Drivers counting on cheaper auto insurance premiums next year take heed: The dispute over rates has shifted to the courts.
The N.C. Rate Bureau, which represents the state's auto insurers, decided Thursday to appeal the 16 percent rate reduction ordered last week by Insurance Commissioner Jim Long.
That order came after a month-long hearing in which insurers and regulators squared off.
Insurers won't necessarily ask the court for the entire 12.9 percent increase they originally sought. Instead, the Rate Bureau is mulling what rate it should seek from the N.C. Court of Appeals.
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“My guess is the number we end up with is going to be a whole lot closer to the 12.9 percent number rather than the minus 16 percent,” said Ray Evans, the bureau's general manager.
Under state law, whatever number is chosen will be the rate insurers can charge beginning Jan. 1. But insurers will have to escrow the premiums collected above the rate ordered by Long.
If they lose their appeal, they would have to refund that money plus interest – prime rate plus 3 percent – to policyholders. With the prime rate at 5 percent, that amounts to 8 percent interest today.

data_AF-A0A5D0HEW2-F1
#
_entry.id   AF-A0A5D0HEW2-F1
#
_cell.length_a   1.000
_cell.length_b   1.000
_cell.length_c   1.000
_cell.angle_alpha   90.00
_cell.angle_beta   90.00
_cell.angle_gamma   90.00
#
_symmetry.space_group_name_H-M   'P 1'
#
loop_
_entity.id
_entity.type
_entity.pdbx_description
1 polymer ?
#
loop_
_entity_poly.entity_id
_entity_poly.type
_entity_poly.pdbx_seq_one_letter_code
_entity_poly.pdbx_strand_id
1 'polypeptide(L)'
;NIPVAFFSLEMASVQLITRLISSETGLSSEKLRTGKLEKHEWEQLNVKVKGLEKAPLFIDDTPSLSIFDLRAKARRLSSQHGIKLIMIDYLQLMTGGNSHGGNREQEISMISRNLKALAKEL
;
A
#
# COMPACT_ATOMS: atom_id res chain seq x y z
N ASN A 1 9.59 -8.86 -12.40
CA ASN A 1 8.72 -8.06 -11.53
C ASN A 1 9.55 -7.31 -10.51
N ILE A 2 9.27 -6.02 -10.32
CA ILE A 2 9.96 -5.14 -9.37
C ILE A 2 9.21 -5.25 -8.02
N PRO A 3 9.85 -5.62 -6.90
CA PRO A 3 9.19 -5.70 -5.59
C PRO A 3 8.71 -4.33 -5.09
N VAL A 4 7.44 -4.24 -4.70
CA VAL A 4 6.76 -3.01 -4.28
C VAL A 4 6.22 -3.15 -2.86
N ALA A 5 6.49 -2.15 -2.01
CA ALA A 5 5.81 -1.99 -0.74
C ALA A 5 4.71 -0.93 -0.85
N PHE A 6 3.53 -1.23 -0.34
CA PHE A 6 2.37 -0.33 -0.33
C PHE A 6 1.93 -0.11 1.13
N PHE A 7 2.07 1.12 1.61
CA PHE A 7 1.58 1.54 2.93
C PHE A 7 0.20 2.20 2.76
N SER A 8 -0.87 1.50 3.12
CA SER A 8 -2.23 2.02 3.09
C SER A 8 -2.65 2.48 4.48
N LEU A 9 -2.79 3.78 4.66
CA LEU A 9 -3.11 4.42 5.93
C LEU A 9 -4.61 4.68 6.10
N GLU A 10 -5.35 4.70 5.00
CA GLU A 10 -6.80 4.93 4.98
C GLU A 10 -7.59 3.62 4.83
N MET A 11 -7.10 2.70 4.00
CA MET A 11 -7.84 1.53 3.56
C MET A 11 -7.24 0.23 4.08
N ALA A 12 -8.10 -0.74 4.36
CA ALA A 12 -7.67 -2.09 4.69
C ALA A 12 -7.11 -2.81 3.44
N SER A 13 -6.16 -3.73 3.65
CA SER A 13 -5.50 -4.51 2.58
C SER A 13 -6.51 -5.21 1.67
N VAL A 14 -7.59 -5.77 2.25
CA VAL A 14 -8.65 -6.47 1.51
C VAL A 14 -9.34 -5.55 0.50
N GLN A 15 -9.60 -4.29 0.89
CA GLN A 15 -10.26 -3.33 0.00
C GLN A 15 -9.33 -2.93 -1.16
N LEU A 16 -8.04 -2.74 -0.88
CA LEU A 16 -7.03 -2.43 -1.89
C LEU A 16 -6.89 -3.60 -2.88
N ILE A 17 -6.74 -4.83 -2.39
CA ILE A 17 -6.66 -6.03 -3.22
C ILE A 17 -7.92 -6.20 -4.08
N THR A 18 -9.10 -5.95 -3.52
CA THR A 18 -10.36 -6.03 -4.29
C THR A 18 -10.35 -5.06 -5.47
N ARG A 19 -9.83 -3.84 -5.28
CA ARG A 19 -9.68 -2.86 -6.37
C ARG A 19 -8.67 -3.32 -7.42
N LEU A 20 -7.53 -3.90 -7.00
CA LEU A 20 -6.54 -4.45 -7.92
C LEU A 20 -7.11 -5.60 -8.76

The state estimates the difference between the hike the bureau initially sought and the rate cut ordered by Long exceeds $1 billion.
“We're not surprised at all about their decision to appeal,” said Insurance Department spokeswoman Kristin Milam. “They are certainly within their rights to do so.”
The rates regulated by the state cover the maximum rate insurers can charge. Thanks to competition, insurers charge many drivers less than the top rate.
Rates also vary by region and types of coverage. A typical policyholder in Raleigh who is an experienced driver, has no points on his license and owns a 2008 Taurus could save $118 a year.
Evans said the amount of interest insurers would have to pay if they lost their appeal played a factor in the decision to carefully examine what rate they should seek from the courts.
“The fact that the companies are willing to risk the potential payout of that kind of money on the escrowed accounts suggests they're comfortable that we have a good chance of prevailing,” he said.
In addition, he added, Long's lengthy order did make some points that bear consideration.
The Rate Bureau contends higher rates are justified by the rising cost of medical care and car repairs and a slow decline in the accident rate. But Long rejected those arguments, ruling that the data submitted by the industry distorted the situation.
The bureau has 30 days from the date of Long's order to appeal, but Evans said it plans to seek an extension.